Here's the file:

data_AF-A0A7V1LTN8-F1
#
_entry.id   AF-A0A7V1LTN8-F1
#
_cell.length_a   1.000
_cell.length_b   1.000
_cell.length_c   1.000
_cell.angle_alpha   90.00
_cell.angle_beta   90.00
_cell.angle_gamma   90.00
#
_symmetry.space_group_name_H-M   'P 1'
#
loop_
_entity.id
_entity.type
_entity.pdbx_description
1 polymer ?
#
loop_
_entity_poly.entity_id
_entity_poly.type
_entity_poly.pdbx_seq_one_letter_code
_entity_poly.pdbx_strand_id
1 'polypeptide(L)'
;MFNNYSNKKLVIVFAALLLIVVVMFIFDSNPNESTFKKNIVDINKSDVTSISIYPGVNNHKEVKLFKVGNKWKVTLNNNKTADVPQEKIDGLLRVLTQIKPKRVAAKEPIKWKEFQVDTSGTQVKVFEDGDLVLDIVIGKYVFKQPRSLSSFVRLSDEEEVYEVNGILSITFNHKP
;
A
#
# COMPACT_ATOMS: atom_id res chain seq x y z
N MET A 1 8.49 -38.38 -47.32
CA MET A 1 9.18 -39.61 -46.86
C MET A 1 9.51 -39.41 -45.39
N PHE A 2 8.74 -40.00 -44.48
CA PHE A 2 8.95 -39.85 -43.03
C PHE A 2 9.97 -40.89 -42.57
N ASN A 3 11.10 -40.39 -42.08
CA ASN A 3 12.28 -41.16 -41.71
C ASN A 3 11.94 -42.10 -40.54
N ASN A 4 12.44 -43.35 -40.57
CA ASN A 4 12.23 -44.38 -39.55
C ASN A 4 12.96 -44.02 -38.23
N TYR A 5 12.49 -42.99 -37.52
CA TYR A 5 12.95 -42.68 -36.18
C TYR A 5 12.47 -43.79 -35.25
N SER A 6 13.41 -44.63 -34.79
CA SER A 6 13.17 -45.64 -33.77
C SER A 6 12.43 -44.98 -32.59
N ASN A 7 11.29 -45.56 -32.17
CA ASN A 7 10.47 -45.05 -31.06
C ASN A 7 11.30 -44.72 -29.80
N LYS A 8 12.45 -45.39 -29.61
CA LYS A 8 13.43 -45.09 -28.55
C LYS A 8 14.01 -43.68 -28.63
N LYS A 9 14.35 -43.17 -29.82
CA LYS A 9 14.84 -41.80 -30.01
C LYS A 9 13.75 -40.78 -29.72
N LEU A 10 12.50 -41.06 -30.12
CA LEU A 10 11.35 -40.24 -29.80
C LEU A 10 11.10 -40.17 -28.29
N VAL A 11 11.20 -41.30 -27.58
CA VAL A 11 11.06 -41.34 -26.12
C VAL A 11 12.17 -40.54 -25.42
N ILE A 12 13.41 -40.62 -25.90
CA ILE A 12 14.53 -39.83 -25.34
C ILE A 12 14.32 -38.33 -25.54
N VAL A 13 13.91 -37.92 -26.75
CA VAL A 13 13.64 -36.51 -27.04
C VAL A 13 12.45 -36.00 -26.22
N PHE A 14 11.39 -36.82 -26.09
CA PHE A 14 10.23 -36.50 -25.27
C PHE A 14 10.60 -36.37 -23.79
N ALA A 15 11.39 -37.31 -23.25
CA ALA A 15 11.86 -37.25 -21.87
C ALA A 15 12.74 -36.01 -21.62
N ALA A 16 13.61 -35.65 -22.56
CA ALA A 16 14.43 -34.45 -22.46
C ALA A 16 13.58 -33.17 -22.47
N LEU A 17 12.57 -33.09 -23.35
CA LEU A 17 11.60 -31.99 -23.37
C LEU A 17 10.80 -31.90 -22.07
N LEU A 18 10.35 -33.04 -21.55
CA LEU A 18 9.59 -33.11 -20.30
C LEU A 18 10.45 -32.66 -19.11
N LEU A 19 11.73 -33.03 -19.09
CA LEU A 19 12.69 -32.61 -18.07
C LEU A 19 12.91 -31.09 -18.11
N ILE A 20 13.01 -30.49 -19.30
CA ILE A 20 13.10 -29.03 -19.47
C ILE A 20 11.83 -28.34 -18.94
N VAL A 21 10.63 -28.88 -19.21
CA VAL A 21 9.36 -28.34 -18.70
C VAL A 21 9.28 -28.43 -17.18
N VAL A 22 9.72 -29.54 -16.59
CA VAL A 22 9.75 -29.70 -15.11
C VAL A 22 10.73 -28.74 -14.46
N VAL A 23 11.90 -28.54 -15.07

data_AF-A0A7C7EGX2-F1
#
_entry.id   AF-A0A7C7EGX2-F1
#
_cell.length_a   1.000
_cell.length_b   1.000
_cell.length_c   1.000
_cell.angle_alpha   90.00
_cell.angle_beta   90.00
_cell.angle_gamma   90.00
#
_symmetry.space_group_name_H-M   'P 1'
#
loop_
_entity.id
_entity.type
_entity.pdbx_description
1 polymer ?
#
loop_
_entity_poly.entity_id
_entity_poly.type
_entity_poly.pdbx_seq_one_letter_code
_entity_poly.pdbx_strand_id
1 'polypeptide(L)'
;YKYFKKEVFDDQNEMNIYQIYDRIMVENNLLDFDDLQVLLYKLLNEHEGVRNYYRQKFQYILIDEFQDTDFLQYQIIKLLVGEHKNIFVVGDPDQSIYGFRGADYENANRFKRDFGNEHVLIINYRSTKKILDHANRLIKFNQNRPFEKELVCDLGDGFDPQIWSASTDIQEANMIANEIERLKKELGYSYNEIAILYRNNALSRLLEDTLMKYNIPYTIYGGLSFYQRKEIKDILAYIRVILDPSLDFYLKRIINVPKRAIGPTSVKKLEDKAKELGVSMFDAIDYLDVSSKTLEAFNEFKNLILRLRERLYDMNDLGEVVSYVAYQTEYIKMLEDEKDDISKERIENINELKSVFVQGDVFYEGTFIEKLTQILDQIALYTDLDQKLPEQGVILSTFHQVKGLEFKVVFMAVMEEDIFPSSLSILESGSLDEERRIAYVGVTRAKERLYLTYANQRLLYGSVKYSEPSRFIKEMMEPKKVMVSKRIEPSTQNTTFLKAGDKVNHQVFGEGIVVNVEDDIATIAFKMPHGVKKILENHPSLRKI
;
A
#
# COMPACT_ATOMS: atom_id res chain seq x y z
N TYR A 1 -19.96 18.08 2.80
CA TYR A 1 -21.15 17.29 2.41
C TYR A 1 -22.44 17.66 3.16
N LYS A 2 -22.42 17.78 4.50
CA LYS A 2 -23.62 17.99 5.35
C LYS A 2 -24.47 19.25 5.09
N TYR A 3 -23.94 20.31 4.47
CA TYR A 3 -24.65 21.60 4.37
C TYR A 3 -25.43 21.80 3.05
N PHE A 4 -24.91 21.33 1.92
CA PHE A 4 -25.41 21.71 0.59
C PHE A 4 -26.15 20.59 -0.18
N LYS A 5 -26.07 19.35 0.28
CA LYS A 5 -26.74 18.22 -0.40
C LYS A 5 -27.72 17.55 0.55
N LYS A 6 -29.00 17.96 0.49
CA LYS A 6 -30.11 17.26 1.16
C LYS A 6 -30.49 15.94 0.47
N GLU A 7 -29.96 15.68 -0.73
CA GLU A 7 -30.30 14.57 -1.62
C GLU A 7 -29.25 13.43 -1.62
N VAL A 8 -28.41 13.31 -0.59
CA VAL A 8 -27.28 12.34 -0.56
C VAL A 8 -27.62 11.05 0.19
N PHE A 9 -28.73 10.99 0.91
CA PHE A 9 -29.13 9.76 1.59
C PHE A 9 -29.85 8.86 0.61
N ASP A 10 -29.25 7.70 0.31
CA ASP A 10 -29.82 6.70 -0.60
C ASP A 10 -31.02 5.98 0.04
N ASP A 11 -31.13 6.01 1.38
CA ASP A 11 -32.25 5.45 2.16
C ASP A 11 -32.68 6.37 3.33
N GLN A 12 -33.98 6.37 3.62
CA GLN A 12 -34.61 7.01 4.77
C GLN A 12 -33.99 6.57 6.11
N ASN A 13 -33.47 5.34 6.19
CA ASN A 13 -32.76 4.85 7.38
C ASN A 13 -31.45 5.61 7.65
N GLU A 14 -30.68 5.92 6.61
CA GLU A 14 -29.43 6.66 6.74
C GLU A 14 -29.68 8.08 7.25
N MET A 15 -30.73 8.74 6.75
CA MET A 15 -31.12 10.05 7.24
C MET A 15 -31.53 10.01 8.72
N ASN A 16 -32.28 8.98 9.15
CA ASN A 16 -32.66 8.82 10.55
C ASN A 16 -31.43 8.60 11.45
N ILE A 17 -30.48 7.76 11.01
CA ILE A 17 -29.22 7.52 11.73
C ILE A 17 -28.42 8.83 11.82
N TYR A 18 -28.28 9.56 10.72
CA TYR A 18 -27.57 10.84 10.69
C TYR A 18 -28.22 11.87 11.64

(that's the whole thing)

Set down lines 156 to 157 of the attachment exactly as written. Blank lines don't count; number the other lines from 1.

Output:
CA ASP A 10 -29.82 6.70 -0.60
C ASP A 10 -31.02 5.98 0.04